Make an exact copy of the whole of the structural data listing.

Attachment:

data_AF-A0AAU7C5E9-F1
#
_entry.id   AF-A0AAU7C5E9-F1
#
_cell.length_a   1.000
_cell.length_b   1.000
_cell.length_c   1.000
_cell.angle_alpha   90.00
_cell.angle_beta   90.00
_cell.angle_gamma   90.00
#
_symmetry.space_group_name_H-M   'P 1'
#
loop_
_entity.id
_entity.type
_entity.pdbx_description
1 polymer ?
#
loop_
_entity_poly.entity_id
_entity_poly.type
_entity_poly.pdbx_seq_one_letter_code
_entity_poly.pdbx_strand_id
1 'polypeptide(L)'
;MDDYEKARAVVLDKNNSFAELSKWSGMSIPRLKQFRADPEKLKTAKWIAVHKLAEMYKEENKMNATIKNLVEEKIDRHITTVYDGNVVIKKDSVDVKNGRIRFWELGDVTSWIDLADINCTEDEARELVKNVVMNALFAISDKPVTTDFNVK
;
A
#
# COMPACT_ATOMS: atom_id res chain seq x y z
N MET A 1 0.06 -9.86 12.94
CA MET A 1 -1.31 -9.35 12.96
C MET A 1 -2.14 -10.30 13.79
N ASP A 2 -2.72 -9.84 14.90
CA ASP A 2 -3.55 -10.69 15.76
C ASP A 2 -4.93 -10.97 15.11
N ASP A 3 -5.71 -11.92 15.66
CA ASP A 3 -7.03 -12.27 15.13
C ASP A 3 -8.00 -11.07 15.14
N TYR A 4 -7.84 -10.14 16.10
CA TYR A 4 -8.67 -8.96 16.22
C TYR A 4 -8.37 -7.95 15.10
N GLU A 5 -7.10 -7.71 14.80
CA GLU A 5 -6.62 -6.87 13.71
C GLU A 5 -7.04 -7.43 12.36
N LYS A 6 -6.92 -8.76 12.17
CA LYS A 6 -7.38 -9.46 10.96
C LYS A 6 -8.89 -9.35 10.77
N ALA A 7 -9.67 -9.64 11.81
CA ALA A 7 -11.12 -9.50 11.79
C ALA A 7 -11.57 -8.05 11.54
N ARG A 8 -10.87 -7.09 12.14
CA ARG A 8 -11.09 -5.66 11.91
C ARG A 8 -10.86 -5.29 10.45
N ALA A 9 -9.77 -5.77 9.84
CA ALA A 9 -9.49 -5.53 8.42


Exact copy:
data_AF-A0AAU7C5E9-F1
#
_entry.id   AF-A0AAU7C5E9-F1
#
_cell.length_a   1.000
_cell.length_b   1.000
_cell.length_c   1.000
_cell.angle_alpha   90.00
_cell.angle_beta   90.00
_cell.angle_gamma   90.00
#
_symmetry.space_group_name_H-M   'P 1'
#
loop_
_entity.id
_entity.type
_entity.pdbx_description
1 polymer ?
#
loop_
_entity_poly.entity_id
_entity_poly.type
_entity_poly.pdbx_seq_one_letter_code
_entity_poly.pdbx_strand_id
1 'polypeptide(L)'
;MDDYEKARAVVLDKNNSFAELSKWSGMSIPRLKQFRADPEKLKTAKWIAVHKLAEMYKEENKMNATIKNLVEEKIDRHITTVYDGNVVIKKDSVDVKNGRIRFWELGDVTSWIDLADINCTEDEARELVKNVVMNALFAISDKPVTTDFNVK
;
A
#
# COMPACT_ATOMS: atom_id res chain seq x y z
N MET A 1 0.06 -9.86 12.94
CA MET A 1 -1.31 -9.35 12.96
C MET A 1 -2.14 -10.30 13.79
N ASP A 2 -2.72 -9.84 14.90
CA ASP A 2 -3.55 -10.69 15.76
C ASP A 2 -4.93 -10.97 15.11
N ASP A 3 -5.71 -11.92 15.66
CA ASP A 3 -7.03 -12.27 15.13
C ASP A 3 -8.00 -11.07 15.14
N TYR A 4 -7.84 -10.14 16.10
CA TYR A 4 -8.67 -8.96 16.22
C TYR A 4 -8.37 -7.95 15.10
N GLU A 5 -7.10 -7.71 14.80
CA GLU A 5 -6.62 -6.87 13.71
C GLU A 5 -7.04 -7.43 12.36
N LYS A 6 -6.92 -8.76 12.17
CA LYS A 6 -7.38 -9.46 10.96
C LYS A 6 -8.89 -9.35 10.77
N ALA A 7 -9.67 -9.64 11.81
CA ALA A 7 -11.12 -9.50 11.79
C ALA A 7 -11.57 -8.05 11.54
N ARG A 8 -10.87 -7.09 12.14
CA ARG A 8 -11.09 -5.66 11.91
C ARG A 8 -10.86 -5.29 10.45
N ALA A 9 -9.77 -5.77 9.84
CA ALA A 9 -9.49 -5.53 8.42